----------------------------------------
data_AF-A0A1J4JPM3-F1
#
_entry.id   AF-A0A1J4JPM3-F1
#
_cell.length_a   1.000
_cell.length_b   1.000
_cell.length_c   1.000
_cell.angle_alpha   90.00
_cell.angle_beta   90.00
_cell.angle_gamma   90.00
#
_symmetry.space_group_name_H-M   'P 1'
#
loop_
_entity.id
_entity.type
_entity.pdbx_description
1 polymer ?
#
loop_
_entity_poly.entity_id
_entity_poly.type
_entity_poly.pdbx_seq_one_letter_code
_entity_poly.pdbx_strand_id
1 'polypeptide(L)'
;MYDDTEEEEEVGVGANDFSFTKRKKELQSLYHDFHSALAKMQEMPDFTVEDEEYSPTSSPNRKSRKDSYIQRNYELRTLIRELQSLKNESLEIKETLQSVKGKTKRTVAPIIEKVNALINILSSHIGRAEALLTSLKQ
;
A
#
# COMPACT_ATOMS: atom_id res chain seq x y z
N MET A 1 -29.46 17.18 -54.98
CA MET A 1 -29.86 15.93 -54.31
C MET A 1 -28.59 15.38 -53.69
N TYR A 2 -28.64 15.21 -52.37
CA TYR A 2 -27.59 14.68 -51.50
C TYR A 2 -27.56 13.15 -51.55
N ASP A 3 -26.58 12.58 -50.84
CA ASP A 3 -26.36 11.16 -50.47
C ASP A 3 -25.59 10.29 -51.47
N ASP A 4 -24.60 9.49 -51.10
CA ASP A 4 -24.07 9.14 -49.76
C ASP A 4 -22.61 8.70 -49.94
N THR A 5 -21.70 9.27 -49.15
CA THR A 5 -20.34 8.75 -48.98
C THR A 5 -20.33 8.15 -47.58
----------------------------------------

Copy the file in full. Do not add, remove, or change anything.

data_AF-A0A1J4JPM3-F1
#
_entry.id   AF-A0A1J4JPM3-F1
#
_cell.length_a   1.000
_cell.length_b   1.000
_cell.length_c   1.000
_cell.angle_alpha   90.00
_cell.angle_beta   90.00
_cell.angle_gamma   90.00
#
_symmetry.space_group_name_H-M   'P 1'
#
loop_
_entity.id
_entity.type
_entity.pdbx_description
1 polymer ?
#
loop_
_entity_poly.entity_id
_entity_poly.type
_entity_poly.pdbx_seq_one_letter_code
_entity_poly.pdbx_strand_id
1 'polypeptide(L)'
;MYDDTEEEEEVGVGANDFSFTKRKKELQSLYHDFHSALAKMQEMPDFTVEDEEYSPTSSPNRKSRKDSYIQRNYELRTLIRELQSLKNESLEIKETLQSVKGKTKRTVAPIIEKVNALINILSSHIGRAEALLTSLKQ
;
A
#
# COMPACT_ATOMS: atom_id res chain seq x y z
N MET A 1 -29.46 17.18 -54.98
CA MET A 1 -29.86 15.93 -54.31
C MET A 1 -28.59 15.38 -53.69
N TYR A 2 -28.64 15.21 -52.37
CA TYR A 2 -27.59 14.68 -51.50
C TYR A 2 -27.56 13.15 -51.55
N ASP A 3 -26.58 12.58 -50.84
CA ASP A 3 -26.36 11.16 -50.47
C ASP A 3 -25.59 10.29 -51.47
N ASP A 4 -24.60 9.49 -51.10
CA ASP A 4 -24.07 9.14 -49.76
C ASP A 4 -22.61 8.70 -49.94
N THR A 5 -21.70 9.27 -49.15
CA THR A 5 -20.34 8.75 -48.98
C THR A 5 -20.33 8.15 -47.58